Business and Industry
The Storm Drain System
The City’s storm drain system conveys stormwater runoff from developed areas to local waterways to prevent flooding. This system includes publicly-owned storm drain inlets (which are the grated inlets commonly located in gutter flowlines adjacent to streets or in parking lots), and a network of underground piping and manholes, open channels, and roadside ditches. The City’s storm drain system also includes publicly-owned streets, sidewalks and gutters. Stormwater flows from these surfaces into the storm drain system. Privately-owned drainage systems usually discharge to the City’s storm drain system as well.
The storm drain system is different from the sanitary sewer system.
Sinks, toilets, and interior floor drains must be connected to the sanitary sewer system. The wastewater discharged to the sanitary sewer receives treatment to remove pollutants prior to release to creeks and rivers. Pollutants contained in stormwater runoff flow directly into local waterways, without treatment where they can be harmful to humans and the environment. Oil and grease, food waste, paint, concrete-related wastewater, chemicals and even dirt must be prevented from entering the storm drain system in order to preserve our local waterways.
When rainfall comes into contact with pollutants, the pollutants can be washed into the storm drain system and in turn, into our local waterways. Examples of situations where stormwater runoff could be polluted through exposure to pollutants include:
Pollutants can also be washed into the storm drain system and local waterways by non-stormwater discharges such as irrigation runoff or in wastewater from hosing down or pressure washing polluted surfaces into the storm drain system.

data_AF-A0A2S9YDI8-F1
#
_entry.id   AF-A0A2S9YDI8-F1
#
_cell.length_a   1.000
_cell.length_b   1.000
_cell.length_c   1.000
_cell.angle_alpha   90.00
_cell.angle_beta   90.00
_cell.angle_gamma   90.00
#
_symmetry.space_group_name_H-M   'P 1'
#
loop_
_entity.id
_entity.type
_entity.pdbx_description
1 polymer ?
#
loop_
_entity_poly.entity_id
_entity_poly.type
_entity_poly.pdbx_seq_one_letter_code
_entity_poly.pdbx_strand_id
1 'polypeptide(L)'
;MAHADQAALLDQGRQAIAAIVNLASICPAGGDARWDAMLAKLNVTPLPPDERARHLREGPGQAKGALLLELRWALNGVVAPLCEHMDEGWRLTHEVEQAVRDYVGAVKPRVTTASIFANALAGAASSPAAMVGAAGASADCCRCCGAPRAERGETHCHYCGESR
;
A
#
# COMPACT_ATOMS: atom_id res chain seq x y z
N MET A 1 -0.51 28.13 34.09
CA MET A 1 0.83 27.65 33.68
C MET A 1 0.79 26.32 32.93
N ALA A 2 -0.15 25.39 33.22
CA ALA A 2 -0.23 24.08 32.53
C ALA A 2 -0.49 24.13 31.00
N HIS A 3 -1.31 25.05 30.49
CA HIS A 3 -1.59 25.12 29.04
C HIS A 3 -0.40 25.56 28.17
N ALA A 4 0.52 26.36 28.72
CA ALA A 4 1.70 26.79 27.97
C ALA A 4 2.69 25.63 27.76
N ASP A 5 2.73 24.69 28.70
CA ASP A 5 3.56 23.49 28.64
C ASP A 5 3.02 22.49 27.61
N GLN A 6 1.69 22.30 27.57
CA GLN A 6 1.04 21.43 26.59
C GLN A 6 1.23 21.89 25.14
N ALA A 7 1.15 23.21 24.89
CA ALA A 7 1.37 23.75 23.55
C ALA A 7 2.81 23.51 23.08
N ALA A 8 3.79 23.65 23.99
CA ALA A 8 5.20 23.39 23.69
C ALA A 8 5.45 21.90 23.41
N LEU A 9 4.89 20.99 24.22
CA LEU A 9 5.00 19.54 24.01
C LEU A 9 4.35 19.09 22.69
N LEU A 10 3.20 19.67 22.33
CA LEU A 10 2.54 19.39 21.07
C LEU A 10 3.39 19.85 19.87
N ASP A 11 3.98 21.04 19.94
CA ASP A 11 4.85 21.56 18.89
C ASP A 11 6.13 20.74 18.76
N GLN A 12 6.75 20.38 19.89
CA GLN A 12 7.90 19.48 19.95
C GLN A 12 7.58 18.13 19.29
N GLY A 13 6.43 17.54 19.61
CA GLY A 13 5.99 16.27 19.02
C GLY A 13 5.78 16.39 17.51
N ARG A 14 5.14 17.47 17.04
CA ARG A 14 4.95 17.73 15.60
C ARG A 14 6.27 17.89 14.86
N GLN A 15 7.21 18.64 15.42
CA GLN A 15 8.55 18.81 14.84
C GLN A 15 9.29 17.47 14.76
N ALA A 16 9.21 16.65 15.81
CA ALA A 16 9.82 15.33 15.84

Best Management Practices (BMPs)
BMPs are measures that reduce or eliminate pollutant discharges to the storm drain system. BMPs commonly fall into three categories:
Source Control BMPs:
Treatment Control BMPs (install and maintain):
All treatment control BMPs require regular inspection and maintenance to ensure proper operation.
BMPs should be considered and implemented in the above order: administrative, source control, and then treatment control. Implementing BMPs in this order is the most cost effective and does the best job of protecting stormwater quality. Administratively eliminating pollution sources will almost always be the best solution. Using source control BMPs to eliminate pollutant sources prior to polluting stormwater runoff should be your next option. Your last option is to treat stormwater runoff in an effort to remove pollutants. Treatment is likely the most expensive and often least effective way to go. Treatment control should be a part of your overall stormwater pollution prevention strategy as a last and final effort to remove pollutants that could not feasibly be addressed through administrative and source control BMPs. Treatment control BMPs should not be used as stand alone BMPs.
Good Housekeeping can help prevent stormwater pollution
Pressure washing is an excellent way of removing pollutants from outdoor surfaces. However, pressure washing wastewater should never be discharged to a storm drain. Storm drains should be covered, or the path to the drain should be blocked during pressure washing. With the property owner's permission, the collected wastewater can then be pumped into a sanitary sewer clean out, or, in some instances, discharged to a landscaped area, provided that the discharge does not overflow the landscaped area, contain hazardous constituents, or create nuisance conditions. Sump pumps and wet/dry shop vacuums can be used to pump the wastewater.
200 East Berry Street ,Room 130
Fort Wayne IN 46802
7:30 a.m.- 5:30 p.m. M-F
7:30 a.m.- 5:30 p.m. M-F